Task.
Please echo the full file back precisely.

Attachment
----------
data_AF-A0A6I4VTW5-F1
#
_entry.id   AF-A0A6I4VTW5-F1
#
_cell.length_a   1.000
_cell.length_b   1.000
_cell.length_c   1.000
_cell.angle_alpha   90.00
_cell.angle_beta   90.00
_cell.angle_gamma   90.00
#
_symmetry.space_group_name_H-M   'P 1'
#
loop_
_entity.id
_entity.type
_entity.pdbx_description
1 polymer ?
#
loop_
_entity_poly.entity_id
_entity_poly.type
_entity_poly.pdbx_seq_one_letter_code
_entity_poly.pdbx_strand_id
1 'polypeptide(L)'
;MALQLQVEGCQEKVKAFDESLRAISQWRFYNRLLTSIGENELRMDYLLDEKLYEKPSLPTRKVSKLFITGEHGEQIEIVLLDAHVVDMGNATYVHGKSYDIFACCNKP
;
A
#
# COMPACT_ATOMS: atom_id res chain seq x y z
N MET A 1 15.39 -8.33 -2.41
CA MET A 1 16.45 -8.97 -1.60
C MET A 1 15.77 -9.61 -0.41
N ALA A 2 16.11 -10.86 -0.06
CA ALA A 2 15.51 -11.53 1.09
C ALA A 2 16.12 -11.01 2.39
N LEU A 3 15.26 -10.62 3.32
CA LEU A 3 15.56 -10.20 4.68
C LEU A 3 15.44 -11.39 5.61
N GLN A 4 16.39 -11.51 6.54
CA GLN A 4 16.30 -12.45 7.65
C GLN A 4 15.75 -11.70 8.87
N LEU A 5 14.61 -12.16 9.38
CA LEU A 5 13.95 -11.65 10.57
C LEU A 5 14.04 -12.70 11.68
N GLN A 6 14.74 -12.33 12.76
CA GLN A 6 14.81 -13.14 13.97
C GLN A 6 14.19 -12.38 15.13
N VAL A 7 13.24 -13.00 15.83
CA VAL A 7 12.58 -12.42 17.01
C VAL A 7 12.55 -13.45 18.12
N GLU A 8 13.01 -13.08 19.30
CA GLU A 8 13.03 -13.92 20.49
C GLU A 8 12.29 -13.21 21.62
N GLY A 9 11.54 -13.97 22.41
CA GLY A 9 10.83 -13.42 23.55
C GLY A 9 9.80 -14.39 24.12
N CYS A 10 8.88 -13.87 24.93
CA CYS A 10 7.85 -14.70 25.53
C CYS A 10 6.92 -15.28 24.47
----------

data_AF-A0A6I4VTW5-F1
#
_entry.id   AF-A0A6I4VTW5-F1
#
_cell.length_a   1.000
_cell.length_b   1.000
_cell.length_c   1.000
_cell.angle_alpha   90.00
_cell.angle_beta   90.00
_cell.angle_gamma   90.00
#
_symmetry.space_group_name_H-M   'P 1'
#
loop_
_entity.id
_entity.type
_entity.pdbx_description
1 polymer ?
#
loop_
_entity_poly.entity_id
_entity_poly.type
_entity_poly.pdbx_seq_one_letter_code
_entity_poly.pdbx_strand_id
1 'polypeptide(L)'
;MALQLQVEGCQEKVKAFDESLRAISQWRFYNRLLTSIGENELRMDYLLDEKLYEKPSLPTRKVSKLFITGEHGEQIEIVLLDAHVVDMGNATYVHGKSYDIFACCNKP
;
A
#
# COMPACT_ATOMS: atom_id res chain seq x y z
N MET A 1 15.39 -8.33 -2.41
CA MET A 1 16.45 -8.97 -1.60
C MET A 1 15.77 -9.61 -0.41
N ALA A 2 16.11 -10.86 -0.06
CA ALA A 2 15.51 -11.53 1.09
C ALA A 2 16.12 -11.01 2.39
N LEU A 3 15.26 -10.62 3.32
CA LEU A 3 15.56 -10.20 4.68
C LEU A 3 15.44 -11.39 5.61
N GLN A 4 16.39 -11.51 6.54
CA GLN A 4 16.30 -12.45 7.65
C GLN A 4 15.75 -11.70 8.87
N LEU A 5 14.61 -12.16 9.38
CA LEU A 5 13.95 -11.65 10.57
C LEU A 5 14.04 -12.70 11.68
N GLN A 6 14.74 -12.33 12.76
CA GLN A 6 14.81 -13.14 13.97
C GLN A 6 14.19 -12.38 15.13
N VAL A 7 13.24 -13.00 15.83
CA VAL A 7 12.58 -12.42 17.01
C VAL A 7 12.55 -13.45 18.12
N GLU A 8 13.01 -13.08 19.30
CA GLU A 8 13.03 -13.92 20.49
C GLU A 8 12.29 -13.21 21.62
N GLY A 9 11.54 -13.97 22.41
CA GLY A 9 10.83 -13.42 23.55
C GLY A 9 9.80 -14.39 24.12
N CYS A 10 8.88 -13.87 24.93
CA CYS A 10 7.85 -14.70 25.53
C CYS A 10 6.92 -15.28 24.47